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Introduction

The Special Supplemental Nutrition Program for Women, Infants, and Children (WIC) is a federal grant program to states to provide food and nutrition education benefits and referral services to pregnant and postpartum women, infants, and young children who meet income eligibility criteria or who are enrolled in other federal public assistance programs (adjunct eligibility) and who are considered nutritionally at risk. Each year the United States Department of Agriculture (USDA) estimates the number of people who are eligible for WIC and the number of people who are expected to participate in the program if it is fully funded. These estimates serve as a basis for making budget requests for the program for the upcoming year. The WIC budget for fiscal year (FY) 2000 was just over $4 billion, and 7.2 million people participated in the program. Since WIC is not an entitlement program—that is, eligible people can be enrolled in the program only to the extent that funds are appropriated—underestimating the number of people eligible and likely to participate in WIC may result in a shortfall of funds to serve them. But overestimating the number of people eligible and likely to participate in WIC may result in other important programs not receiving sufficient appropriations.

The USDA estimates of the number of participants have come under critical scrutiny in part because the number of infants and postpartum women who actually enrolled in the program has exceeded the number estimated to be eligible by as much as 20 to 30 percent in recent years. These high “coverage rates” have led some members of Congress to con-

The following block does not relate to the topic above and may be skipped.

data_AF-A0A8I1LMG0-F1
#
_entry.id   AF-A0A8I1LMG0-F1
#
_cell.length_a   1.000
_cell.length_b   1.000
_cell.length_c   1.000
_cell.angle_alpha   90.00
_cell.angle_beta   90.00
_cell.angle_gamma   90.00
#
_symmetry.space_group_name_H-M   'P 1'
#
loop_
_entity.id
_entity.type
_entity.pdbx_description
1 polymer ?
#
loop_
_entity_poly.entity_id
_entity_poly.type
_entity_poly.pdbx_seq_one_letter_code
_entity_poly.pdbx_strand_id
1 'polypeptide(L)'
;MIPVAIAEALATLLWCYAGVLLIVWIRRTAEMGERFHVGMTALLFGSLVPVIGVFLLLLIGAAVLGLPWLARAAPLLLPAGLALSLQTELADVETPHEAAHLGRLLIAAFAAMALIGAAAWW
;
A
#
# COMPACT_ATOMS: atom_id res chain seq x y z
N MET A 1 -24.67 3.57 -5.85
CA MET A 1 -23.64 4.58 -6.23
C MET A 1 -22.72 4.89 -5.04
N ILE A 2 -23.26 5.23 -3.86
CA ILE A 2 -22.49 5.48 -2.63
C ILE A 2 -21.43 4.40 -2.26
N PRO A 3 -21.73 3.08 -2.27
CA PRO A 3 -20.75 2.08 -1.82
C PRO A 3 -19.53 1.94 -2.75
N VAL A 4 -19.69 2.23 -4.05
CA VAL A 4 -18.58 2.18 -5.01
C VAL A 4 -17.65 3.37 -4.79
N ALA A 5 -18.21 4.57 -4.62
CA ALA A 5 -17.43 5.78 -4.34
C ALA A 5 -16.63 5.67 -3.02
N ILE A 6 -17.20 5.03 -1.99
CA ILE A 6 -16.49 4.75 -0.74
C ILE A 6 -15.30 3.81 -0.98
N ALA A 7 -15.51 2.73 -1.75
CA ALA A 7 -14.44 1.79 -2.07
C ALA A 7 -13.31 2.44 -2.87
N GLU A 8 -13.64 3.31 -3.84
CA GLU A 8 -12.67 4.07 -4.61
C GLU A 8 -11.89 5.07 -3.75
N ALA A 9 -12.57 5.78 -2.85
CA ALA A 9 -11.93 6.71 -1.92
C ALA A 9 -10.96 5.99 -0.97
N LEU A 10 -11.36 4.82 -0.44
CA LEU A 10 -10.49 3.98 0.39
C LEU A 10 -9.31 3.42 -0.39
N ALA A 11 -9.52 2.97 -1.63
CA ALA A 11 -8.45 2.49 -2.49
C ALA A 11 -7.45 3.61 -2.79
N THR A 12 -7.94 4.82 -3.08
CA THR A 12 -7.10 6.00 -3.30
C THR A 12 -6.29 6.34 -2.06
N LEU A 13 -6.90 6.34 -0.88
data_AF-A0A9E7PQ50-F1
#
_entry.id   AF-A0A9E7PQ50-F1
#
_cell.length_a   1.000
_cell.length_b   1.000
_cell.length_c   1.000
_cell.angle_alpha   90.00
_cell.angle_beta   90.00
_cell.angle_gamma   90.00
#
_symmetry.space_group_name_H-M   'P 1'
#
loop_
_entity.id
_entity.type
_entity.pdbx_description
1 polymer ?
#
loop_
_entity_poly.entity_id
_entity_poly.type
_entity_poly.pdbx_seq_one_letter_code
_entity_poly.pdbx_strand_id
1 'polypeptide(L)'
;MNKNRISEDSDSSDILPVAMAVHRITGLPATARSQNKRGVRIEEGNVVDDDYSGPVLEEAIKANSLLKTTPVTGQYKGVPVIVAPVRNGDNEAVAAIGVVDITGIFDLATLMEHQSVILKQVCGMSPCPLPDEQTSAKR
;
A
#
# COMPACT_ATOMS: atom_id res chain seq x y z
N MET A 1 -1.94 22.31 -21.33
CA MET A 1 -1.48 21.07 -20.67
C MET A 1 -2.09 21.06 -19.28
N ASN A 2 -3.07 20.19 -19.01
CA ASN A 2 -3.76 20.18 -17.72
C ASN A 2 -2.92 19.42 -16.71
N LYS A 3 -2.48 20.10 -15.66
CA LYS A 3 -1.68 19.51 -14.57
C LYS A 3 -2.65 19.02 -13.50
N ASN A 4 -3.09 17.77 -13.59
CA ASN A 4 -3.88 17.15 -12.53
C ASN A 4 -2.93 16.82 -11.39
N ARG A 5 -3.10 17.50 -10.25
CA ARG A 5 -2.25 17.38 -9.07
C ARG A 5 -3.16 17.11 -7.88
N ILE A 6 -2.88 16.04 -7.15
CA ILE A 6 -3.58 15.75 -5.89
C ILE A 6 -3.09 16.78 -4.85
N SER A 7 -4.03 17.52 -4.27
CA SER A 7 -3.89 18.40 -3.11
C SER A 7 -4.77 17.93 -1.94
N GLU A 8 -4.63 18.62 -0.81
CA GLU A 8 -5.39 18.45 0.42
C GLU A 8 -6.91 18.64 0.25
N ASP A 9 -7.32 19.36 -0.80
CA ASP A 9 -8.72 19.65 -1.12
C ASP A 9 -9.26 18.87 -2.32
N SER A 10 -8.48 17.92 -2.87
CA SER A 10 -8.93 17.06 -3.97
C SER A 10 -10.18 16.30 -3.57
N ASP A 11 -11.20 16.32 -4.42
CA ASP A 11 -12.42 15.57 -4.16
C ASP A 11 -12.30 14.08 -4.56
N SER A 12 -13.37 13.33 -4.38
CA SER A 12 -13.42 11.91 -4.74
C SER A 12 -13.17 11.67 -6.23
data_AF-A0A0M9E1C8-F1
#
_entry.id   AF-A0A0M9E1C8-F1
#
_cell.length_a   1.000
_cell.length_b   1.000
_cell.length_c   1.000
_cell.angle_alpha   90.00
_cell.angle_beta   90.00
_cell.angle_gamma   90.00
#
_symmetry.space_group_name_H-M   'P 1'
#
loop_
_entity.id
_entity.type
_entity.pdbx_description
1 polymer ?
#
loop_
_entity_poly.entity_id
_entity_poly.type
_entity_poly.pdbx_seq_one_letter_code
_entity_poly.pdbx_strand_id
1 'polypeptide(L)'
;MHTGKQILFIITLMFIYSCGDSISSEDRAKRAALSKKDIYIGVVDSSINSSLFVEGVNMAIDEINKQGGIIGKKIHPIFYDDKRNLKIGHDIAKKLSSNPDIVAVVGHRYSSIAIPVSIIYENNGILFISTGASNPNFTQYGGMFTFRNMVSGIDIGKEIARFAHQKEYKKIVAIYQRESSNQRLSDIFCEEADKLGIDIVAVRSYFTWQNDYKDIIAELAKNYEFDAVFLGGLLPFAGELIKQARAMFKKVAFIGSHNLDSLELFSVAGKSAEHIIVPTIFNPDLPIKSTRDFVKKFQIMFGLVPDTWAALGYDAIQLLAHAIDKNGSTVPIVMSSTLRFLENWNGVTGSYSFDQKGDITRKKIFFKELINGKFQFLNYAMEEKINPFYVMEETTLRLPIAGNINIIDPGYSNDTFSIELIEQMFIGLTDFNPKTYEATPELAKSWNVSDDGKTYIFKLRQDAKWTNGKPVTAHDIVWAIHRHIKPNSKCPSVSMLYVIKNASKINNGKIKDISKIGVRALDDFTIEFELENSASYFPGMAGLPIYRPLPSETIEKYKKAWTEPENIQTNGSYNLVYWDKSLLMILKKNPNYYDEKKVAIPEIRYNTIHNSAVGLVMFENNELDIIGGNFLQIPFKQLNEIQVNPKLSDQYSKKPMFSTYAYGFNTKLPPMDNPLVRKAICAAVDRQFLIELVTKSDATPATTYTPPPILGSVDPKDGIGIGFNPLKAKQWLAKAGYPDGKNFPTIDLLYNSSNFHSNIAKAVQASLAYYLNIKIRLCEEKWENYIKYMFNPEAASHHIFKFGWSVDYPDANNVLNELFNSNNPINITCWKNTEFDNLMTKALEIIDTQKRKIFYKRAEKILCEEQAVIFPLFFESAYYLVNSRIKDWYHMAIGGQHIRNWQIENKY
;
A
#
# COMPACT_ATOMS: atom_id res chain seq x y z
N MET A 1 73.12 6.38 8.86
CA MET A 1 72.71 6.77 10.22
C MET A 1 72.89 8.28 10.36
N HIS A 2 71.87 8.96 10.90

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Estimating Eligibility and Participation for the WIC Program: Phase I Report 1 Introduction The Special Supplemental Nutrition Program for Women, Infants, and Children (WIC) is a federal grant program to states to provide food and nutrition education benefits and referral services to pregnant and postpartum women, infants, and young children who meet income eligibility criteria or who are enrolled in other federal public assistance programs (adjunct eligibility) and who are considered nutritionally at risk. Each year the United States Department of Agriculture (USDA) estimates the number of people who are eligible for WIC and the number of people who are expected to participate in the program if it is fully funded. These estimates serve as a basis for making budget requests for the program for the upcoming year. The WIC budget for fiscal year (FY) 2000 was just over $4 billion, and 7.2 million people participated in the program. Since WIC is not an entitlement program—that is, eligible people can be enrolled in the program only to the extent that funds are appropriated—underestimating the number of people eligible and likely to participate in WIC may result in a shortfall of funds to serve them. But overestimating the number of people eligible and likely to participate in WIC may result in other important programs not receiving sufficient appropriations. The USDA estimates of the number of participants have come under critical scrutiny in part because the number of infants and postpartum women who actually enrolled in the program has exceeded the number estimated to be eligible by as much as 20 to 30 percent in recent years. These high “coverage rates” have led some members of Congress to con-